May 29, 2023

Dubai Week

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James Webb takes his first image of the ice giant Uranus!

NASA’s James Webb Space Telescope has shared its first look at Uranus, revealing invisible glowing rings around the ice giant and its 27 moons.

The $10 billion telescope captured 11 of the planet’s 13 rings in the new image, which are so bright they appear to blend into one bright ring.

Astronomers were also dazzled by the telescope’s power, when it picked up two faint dusty rings that weren’t discovered until the 1986 Voyager 2 flyby.

The main rings are composed of rock glaciers several feet across, while the other rings are composed mainly of glaciers covered by rock. The rings are thin, narrow and dark compared to other planets like Saturn.

James Webb also captured many of Uranus’ 27 known moons, most of which are too small and faint to be seen here, but six bright moons were identified in the wide-view image shown for just 12 minutes.

Uranus is a bluish shade caused by thick fog in its atmosphere.

The researchers, led by the University of Oxford, named this layer “aerosol-2”, which they said appears white in visible wavelengths.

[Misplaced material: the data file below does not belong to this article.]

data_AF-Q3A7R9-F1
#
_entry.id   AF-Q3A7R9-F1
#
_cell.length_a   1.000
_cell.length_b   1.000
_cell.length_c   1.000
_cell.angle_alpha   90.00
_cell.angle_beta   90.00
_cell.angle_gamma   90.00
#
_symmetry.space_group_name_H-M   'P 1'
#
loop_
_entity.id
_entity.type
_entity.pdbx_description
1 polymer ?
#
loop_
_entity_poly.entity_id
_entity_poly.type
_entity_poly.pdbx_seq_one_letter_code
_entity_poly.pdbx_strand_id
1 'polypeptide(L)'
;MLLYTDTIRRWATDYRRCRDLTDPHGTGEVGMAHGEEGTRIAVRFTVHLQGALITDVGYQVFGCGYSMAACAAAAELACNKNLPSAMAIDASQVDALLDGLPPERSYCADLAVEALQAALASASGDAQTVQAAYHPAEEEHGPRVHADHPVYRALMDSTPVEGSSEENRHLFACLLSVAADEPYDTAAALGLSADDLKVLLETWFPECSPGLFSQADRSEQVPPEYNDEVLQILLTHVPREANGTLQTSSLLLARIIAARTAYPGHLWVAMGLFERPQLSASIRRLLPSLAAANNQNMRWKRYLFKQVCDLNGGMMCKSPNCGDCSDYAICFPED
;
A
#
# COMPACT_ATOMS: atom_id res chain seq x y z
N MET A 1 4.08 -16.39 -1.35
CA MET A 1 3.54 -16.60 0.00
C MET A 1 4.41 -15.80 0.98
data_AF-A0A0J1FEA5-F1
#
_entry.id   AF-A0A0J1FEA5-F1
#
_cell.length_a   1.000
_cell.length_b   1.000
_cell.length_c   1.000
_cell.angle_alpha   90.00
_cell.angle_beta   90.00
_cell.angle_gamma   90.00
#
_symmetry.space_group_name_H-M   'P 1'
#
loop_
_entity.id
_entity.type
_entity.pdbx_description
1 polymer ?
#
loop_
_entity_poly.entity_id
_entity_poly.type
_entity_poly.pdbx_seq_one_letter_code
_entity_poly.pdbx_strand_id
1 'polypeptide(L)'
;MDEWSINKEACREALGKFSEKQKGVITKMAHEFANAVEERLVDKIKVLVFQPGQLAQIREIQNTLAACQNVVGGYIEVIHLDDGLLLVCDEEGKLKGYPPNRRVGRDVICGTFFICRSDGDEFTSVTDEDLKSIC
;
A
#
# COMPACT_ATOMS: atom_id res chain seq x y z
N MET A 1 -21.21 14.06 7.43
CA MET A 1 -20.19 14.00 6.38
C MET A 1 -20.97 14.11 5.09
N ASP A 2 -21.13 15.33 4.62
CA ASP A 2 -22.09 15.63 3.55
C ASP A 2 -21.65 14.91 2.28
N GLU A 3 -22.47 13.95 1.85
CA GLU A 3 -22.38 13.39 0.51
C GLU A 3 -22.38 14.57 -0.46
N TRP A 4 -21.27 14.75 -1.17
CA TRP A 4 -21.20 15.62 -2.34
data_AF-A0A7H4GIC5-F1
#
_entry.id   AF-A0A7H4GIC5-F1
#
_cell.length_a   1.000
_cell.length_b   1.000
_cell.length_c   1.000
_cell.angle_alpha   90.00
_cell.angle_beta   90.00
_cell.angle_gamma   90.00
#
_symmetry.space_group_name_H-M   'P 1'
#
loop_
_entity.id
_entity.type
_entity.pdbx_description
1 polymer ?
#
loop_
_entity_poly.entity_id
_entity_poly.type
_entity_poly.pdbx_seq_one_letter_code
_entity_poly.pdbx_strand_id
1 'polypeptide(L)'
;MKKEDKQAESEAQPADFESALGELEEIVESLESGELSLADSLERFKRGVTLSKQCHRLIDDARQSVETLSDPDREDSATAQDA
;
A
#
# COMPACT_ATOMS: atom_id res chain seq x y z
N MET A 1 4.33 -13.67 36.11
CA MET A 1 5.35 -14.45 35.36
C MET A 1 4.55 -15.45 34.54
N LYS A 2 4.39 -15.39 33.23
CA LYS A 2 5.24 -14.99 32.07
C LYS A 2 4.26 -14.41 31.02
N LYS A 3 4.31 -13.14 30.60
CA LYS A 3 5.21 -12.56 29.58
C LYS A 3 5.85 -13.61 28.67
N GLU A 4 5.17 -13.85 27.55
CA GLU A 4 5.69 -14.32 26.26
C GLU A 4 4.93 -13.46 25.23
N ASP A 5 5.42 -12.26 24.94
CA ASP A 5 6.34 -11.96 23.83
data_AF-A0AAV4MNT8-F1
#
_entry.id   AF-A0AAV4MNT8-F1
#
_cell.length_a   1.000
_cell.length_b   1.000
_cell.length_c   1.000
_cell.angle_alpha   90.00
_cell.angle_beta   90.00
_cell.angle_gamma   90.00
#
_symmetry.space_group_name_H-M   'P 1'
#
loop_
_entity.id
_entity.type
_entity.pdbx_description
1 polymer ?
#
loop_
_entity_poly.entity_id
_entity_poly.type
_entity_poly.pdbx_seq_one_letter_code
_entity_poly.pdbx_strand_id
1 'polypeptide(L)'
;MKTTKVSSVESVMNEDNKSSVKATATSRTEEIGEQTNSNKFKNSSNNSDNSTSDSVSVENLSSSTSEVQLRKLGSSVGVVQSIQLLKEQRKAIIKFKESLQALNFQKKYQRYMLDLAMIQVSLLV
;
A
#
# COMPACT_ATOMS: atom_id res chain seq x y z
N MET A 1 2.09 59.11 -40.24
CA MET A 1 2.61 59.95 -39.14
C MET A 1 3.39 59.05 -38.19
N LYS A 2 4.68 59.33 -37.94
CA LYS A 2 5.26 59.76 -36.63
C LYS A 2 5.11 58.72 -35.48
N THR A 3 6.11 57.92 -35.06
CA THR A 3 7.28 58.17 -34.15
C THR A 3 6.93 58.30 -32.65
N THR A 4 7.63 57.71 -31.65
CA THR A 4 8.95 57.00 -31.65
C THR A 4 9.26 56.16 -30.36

James Webb made the image possible with the Near Infrared Camera (NIRCam), which captures light in the near-infrared range of the electromagnetic spectrum, and brings distant galaxies into sharp focus in the new image.

The European Space Agency (ESA) shared in a statement: “When Voyager 2 looked at Uranus, its camera showed a nearly featureless blue-green sphere at visible wavelengths. With infrared wavelengths and additional sensitivity from (James Webb), it shows just how dynamic Uranus’ atmosphere really is.

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NASA scientists recently announced an effort to push space agencies to send probes to Uranus and Neptune in the 2030s.

Little is known about the formation of the two blue planets, with Voyager 2 flying in the 1980s as the only spacecraft to visit them.